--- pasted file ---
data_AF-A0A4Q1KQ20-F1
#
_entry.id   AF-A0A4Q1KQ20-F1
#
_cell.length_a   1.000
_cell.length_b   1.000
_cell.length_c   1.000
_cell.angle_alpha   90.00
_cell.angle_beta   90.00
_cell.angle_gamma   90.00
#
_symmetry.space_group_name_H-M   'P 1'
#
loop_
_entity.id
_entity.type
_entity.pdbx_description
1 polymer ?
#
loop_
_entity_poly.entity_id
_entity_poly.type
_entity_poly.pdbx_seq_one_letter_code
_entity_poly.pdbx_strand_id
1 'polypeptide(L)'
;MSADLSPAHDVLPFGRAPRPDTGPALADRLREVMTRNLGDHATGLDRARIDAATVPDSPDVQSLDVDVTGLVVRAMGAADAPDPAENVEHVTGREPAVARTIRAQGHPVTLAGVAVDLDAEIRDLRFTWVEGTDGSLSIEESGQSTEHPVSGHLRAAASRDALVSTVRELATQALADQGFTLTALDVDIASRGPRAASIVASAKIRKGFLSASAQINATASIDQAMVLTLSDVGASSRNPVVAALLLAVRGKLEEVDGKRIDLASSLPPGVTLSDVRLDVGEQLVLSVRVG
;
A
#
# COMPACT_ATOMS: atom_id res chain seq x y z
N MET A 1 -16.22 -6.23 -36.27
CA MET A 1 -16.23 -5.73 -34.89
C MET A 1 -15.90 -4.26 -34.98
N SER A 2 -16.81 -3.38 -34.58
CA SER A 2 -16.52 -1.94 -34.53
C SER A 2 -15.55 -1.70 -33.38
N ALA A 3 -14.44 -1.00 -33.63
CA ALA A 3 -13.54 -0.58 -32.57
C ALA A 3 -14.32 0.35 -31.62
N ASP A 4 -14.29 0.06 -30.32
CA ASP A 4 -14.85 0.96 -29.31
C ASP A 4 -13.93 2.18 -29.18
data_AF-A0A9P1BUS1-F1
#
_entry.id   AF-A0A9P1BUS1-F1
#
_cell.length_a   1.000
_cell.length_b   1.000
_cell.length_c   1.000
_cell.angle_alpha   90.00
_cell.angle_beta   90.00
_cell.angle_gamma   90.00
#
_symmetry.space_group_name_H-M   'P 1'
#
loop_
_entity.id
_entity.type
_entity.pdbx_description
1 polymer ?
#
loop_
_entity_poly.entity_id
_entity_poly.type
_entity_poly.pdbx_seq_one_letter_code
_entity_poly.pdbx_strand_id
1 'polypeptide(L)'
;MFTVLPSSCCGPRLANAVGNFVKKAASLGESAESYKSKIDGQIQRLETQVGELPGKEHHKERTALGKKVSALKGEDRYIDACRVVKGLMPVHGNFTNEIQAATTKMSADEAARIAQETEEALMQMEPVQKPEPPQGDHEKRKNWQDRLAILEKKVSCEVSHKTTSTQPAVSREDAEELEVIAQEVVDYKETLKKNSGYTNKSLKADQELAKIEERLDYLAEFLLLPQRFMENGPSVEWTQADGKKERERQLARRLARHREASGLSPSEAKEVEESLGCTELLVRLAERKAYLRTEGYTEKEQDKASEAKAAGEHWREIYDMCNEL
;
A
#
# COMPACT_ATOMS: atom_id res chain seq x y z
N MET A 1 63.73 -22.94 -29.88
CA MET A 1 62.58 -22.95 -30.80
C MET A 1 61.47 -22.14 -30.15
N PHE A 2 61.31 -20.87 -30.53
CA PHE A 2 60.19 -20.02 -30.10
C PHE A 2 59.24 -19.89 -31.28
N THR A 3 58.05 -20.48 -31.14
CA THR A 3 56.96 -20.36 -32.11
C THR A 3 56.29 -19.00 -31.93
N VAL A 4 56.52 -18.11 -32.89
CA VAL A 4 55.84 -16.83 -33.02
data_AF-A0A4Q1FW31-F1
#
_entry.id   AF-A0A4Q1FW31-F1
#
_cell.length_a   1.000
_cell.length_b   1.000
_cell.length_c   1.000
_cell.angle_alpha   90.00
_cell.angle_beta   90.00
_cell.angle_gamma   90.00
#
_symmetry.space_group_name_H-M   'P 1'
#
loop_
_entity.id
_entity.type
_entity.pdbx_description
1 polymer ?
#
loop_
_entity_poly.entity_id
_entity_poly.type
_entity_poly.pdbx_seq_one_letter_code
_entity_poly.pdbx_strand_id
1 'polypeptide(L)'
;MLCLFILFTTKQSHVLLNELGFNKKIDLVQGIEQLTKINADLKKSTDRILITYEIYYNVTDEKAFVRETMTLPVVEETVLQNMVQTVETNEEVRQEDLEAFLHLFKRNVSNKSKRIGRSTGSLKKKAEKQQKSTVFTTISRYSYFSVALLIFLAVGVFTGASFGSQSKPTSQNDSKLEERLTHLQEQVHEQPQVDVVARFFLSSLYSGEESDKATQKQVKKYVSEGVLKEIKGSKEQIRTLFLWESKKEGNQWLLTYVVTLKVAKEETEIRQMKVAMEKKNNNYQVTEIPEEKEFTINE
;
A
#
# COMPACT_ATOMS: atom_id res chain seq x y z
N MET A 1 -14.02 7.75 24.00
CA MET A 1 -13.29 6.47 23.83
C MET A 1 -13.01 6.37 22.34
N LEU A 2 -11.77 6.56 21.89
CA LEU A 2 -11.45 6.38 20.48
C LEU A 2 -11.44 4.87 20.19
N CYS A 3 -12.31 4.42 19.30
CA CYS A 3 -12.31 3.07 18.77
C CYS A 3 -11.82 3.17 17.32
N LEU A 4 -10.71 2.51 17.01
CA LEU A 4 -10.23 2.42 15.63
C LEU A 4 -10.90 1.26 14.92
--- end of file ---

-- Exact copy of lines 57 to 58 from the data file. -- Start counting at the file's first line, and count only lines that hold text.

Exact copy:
_entity.id
_entity.type